Surgeon John Martin was testing a pocket-sized ultrasound device developed by Butterfly Network, a startup based in Guilford, Connecticut, that he’d just joined as chief medical officer.
He’d been having an uncomfortable feeling of thickness on his throat. So he oozed out some gel and ran the probe, which is the size and shape of an electric razor, along his neck.
On his smartphone, to which the device is connected, black-and gray images quickly appeared. Martin is not a cancer specialist. But he knew that the dark, three-centimeter mass he saw did not belong there. “I was enough of a doctor to know I was in trouble,” he says. It was squamous-cell cancer.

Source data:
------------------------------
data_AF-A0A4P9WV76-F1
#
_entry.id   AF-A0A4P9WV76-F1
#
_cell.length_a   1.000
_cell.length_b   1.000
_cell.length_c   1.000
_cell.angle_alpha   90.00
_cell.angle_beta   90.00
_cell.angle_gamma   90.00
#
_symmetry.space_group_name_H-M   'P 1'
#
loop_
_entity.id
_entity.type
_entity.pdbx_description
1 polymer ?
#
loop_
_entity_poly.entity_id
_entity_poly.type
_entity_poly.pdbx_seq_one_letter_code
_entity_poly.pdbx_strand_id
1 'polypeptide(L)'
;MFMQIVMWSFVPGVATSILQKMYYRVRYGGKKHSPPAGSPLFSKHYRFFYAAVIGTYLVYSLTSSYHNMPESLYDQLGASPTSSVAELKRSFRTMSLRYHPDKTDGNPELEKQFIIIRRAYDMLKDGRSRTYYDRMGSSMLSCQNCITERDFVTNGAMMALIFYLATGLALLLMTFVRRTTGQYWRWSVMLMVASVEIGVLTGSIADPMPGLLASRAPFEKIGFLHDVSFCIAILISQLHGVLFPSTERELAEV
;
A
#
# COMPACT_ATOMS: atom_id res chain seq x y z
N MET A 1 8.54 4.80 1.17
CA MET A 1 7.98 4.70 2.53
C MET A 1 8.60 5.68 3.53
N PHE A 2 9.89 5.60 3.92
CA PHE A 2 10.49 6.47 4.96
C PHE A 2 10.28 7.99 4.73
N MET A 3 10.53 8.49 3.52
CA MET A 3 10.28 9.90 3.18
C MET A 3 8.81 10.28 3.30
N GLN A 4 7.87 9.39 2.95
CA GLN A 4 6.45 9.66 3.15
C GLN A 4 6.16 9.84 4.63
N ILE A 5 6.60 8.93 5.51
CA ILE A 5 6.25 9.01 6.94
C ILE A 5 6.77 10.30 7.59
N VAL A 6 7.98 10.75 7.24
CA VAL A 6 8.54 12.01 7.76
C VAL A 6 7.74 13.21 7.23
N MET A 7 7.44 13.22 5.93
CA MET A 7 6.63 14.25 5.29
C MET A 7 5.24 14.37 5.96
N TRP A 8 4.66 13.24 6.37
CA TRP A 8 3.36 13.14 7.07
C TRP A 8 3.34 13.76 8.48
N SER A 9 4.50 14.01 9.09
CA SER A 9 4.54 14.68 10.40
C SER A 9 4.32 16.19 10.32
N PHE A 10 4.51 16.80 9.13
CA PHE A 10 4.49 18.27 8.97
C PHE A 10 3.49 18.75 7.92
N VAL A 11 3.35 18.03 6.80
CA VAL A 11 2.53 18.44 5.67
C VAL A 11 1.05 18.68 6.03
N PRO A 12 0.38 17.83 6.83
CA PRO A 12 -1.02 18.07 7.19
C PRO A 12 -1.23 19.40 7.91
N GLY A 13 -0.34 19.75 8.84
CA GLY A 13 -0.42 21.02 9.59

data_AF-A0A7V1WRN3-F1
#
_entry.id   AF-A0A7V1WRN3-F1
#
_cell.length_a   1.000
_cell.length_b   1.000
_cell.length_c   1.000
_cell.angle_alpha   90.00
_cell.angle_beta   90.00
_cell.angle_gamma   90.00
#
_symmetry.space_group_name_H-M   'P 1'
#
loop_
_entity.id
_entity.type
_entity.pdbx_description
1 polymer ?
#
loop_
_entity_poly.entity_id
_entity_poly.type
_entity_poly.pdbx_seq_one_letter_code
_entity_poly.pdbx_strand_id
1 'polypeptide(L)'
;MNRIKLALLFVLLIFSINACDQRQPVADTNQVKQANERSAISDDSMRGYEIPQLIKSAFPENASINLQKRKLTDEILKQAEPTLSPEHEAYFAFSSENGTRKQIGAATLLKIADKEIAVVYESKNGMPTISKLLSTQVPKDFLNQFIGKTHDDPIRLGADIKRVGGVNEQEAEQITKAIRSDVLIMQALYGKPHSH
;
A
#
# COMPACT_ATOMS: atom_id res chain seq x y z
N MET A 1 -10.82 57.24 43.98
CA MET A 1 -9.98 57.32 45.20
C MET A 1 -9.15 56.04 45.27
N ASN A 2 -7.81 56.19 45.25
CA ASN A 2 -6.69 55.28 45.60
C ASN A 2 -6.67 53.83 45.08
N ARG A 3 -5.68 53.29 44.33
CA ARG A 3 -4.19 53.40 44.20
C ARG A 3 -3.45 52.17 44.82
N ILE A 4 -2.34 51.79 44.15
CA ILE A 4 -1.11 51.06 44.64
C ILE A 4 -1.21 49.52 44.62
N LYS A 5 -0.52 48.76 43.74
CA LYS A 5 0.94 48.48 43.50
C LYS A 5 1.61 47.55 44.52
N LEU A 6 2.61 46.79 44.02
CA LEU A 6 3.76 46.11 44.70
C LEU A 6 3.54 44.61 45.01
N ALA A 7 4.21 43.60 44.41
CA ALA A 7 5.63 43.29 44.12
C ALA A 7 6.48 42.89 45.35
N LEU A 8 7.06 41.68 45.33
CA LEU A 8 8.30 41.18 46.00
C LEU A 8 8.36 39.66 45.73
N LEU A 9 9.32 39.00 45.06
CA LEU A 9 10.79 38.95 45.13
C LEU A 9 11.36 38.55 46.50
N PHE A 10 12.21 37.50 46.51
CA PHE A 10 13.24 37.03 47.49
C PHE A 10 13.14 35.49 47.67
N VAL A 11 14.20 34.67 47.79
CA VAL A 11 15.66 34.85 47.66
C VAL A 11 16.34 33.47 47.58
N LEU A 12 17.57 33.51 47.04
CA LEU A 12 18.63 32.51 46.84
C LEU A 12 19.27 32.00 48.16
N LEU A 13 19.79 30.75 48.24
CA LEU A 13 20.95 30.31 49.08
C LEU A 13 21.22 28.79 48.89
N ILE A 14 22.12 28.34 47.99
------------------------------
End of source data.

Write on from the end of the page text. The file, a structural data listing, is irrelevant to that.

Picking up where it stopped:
The device he used, called the Butterfly IQ, is the first solid-state ultrasound machine to reach the market in the U.S. Ultrasound works by shooting sound into the body and capturing the echoes. Usually, the sound waves are generated by a vibrating crystal. But Butterfly’s machine instead uses 9,000 tiny drums etched onto a semiconductor chip.
By Antonio Regalado